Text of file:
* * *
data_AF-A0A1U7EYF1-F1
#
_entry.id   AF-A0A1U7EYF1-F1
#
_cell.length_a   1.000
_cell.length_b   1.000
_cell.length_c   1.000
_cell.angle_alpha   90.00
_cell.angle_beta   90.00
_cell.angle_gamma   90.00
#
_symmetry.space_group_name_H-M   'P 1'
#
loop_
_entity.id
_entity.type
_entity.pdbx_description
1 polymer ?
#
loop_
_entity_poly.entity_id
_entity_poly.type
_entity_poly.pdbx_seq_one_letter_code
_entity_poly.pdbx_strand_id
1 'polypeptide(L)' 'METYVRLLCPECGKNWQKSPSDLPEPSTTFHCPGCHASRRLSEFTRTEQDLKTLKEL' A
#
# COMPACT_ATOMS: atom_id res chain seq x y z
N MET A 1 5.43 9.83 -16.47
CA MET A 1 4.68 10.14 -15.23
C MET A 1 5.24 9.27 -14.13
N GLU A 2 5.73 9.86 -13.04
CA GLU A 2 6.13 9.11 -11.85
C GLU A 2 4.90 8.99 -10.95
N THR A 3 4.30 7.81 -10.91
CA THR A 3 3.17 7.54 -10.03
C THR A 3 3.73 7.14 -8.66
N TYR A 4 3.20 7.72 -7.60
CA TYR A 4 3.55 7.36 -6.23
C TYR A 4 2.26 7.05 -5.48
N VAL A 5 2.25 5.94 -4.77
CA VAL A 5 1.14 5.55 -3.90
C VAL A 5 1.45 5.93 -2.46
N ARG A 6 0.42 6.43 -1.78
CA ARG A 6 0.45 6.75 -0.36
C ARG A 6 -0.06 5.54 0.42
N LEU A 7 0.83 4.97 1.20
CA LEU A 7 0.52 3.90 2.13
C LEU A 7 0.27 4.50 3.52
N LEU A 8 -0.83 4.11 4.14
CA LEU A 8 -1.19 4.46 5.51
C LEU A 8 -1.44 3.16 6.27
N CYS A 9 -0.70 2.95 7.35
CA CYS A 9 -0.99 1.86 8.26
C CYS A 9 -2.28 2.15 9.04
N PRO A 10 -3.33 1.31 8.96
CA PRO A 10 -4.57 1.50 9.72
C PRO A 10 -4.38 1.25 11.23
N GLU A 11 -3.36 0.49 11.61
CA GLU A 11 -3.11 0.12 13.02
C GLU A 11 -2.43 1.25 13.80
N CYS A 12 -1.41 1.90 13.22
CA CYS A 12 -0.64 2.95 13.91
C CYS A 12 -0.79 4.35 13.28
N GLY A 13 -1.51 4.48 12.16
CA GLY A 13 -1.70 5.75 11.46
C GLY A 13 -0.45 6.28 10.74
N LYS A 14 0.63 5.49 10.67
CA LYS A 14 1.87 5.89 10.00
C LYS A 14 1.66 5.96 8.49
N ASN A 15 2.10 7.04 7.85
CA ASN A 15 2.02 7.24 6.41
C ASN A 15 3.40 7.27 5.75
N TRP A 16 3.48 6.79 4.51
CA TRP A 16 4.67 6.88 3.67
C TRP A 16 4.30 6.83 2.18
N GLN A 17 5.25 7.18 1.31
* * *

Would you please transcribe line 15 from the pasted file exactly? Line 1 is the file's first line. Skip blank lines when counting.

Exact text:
_entity.id